Photography: Lindsay Melbourne

Breathing fresh air into Britain’s independent scene, this Bristol five-piece are reviving guitar music’s punk spirit with equal parts intellect and anger.

It’s difficult to think of a better time for a band like IDLES to have put out their debut album. Released in March last year, Brutalism is the spitting, hard-edged manifesto of a five-piece who originally formed in Bristol in 2012. Their emergence in the early part of 2017 perfectly filled a hole in contemporary UK guitar music that ached for a sliver of grit and honesty, after a few years of struggling to break through. The dissidence on Brutalism is infectious, supplementing a sardonic wit that encapsulates everything that was needed from a contemporary punk band in the current political climate. Honesty and authenticity are principles that are fused into the core of Idles, both figuratively and literally. The album was partly inspired by the passing of lyricist and vocalist Joe Talbot’s mother: a picture of her appears on the LP’s artwork and the band even releases a limited edition pressing of the album containing her ashes. There’s no notion of inhibition with Idles.

Having signed with Partisan Records at the beginning of 2018 and recently returning from a headline tour in America, the band have an exciting opportunity to build upon their foundations as they move on to their second album, traditionally tricky territory. Ahead of their Sound City slot at Constellations, Jake Evans sat down with Joe to discuss everything from artist Tracey Emin, to independent venues, and toxic masculinity.

"Opportunity is the most essential aspect in any art form within a society." Joe Talbot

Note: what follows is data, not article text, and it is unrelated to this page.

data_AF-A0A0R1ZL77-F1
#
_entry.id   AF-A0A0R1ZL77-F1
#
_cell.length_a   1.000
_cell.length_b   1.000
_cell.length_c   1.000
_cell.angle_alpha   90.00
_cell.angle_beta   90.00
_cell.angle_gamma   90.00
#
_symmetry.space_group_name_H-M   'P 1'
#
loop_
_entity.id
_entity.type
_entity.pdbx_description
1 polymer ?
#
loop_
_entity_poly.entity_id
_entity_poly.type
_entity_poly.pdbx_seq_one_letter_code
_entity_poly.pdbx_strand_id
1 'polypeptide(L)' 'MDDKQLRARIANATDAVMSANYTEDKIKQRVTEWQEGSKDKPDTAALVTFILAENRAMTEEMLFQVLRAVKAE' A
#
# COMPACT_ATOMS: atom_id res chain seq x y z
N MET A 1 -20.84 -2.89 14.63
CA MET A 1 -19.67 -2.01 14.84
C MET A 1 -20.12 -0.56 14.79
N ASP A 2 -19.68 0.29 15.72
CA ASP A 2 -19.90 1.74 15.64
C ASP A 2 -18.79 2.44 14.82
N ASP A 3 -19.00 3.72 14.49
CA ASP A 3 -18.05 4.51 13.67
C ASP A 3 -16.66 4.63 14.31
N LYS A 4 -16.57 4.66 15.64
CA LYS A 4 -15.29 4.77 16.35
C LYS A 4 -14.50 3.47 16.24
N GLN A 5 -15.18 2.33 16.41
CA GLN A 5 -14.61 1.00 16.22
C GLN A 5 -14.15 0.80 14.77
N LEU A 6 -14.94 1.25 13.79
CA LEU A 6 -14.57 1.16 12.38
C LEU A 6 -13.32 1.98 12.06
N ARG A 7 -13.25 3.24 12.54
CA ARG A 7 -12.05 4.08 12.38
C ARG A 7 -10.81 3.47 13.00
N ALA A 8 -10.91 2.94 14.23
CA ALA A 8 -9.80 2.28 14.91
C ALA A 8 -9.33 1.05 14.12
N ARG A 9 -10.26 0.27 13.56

You played a fantastic gig in Liverpool in February for Independent Venue Week and the city has suffered from losing some of these small venues in the last few years. How important have they been for you and how do we stop losing them?

In terms of importance, it’s one of the main roots into music. People seem to forget that all the huge bands started small at some point. Without these venues, art becomes homogenised with the mainstream, removing any voice from the poor and handing it to the rich. Ultimately, it silences the people, but, in turn, it’s up to the people to maintain and support the culture. Opportunity is the most essential aspect in any art form within a society.

 

It’s clear from your first album, Brutalism, with songs like Stendhal Syndrome, that you have a deep appreciation for visual art. How much does that inform your work and are there any artists, out of music, that have been big influences on you?

I don’t differentiate between art forms; it’s fundamentally an exploration of the self and vice versa that translates ethos. Music is just a part of this and is influenced by and influences other aspects of this expression. Tracey Emin’s honesty had a massive impact on me. She laid herself bare and set herself up for ridicule with her work, all while opening a dialogue between audiences. Rachel Whiteread is another who infuses her work with symbolism, especially when she won the Turner Prize for filling the cast of a house with concrete and removing the cast. Also, it might seem cliché, but Picasso is probably my most loved artist. There’s universality and fluency to his work, all while maintaining a stark authenticity.